Police officer: “You’ve got no help here. The best thing you can do is keep quiet. You cannot help these people out at all.”
Andre Lamar a reporter for The Dover Post: “Sir, I’m reporting for the press.”
Lamar was detained June 9 by Delaware State Police as they arrested protestors at a demonstration in Camden. In the video, Lamar is heard repeatedly identifying himself as a member of the press, to no avail.
At one point, the officer tells him, “You’ve got no help here.”
Across the region, reporters are being attacked, arrested or hassled as they do their jobs. The incident in Delaware is not isolated.
Across the country, the U.S. Press Freedom Tracker and the Committee to Protect Journalists are investigating at least 383 incidents of anti-press violence, the majority of which appear to have been perpetrated by law enforcement. These include arrest, assault, shooting at journalists with rubber bullets and tear gas, in many cases despite the fact that these journalists were clearly identified as such.
Local news reporters are members of our communities. They are there to get the story right and shine light on topics the public might not ordinarily see.
Police officers responding to protests and demonstrations must understand and respect the role of the media and treat journalists fairly. Too often, journalists are being targeted for doing their jobs.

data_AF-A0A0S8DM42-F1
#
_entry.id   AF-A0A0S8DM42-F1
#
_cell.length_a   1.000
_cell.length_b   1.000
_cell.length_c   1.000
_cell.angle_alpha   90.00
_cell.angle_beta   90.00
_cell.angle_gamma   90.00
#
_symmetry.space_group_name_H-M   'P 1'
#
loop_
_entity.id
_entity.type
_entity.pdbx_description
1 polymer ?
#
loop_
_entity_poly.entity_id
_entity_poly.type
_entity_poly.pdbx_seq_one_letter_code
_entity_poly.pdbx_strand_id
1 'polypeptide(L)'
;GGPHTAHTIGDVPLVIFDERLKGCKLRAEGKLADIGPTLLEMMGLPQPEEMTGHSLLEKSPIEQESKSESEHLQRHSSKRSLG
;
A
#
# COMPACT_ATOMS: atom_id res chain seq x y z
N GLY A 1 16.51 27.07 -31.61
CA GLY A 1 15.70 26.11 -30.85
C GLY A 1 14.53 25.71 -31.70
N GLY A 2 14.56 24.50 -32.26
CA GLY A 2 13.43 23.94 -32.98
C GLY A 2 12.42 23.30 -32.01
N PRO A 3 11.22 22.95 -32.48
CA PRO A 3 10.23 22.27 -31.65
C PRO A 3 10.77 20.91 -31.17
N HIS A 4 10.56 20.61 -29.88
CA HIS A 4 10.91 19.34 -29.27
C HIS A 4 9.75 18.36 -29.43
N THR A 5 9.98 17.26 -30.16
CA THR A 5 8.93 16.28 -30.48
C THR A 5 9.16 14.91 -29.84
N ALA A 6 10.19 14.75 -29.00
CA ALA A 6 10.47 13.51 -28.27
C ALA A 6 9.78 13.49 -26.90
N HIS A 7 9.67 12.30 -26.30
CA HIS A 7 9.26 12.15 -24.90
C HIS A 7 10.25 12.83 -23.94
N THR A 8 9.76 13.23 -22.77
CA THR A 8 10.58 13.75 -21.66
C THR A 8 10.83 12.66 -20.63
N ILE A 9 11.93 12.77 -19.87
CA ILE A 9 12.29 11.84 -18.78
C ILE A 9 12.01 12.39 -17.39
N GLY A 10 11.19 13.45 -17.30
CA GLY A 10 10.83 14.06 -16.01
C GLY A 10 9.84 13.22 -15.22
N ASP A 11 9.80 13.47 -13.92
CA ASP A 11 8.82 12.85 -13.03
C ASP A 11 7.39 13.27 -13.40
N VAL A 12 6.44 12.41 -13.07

During the coronavirus pandemic, journalists and news media have been recognized as essential businesses in Maryland, in Delaware and in many other states, and remain exempt from any curfews imposed by state authorities.
At a time when citizens across the country are facing the ongoing effects of a deadly pandemic, pressing economic concerns, systematic racism and widespread protests, the need for accurate and independent information and compelling images has never been more crucial.
Delaware Gov. John Carney (D) responded to Lamar’s story by tweeting: “Reporters have a fundamental right to cover the demonstrations we’re seeing in Delaware and across our country. They should not be arrested for doing their jobs. That’s not acceptable.”
Members of the MDDC Press Association welcome the governor’s support and stand ready to participate in conversations with law enforcement and civic leaders to ensure that officers are trained about the First Amendment rights of the press.
A free press is the bedrock of a healthy democracy. MDDC Press Association members uphold the First Amendment and call on law enforcement and public officials to protect all journalists and preserve the free flow of information now and in the future.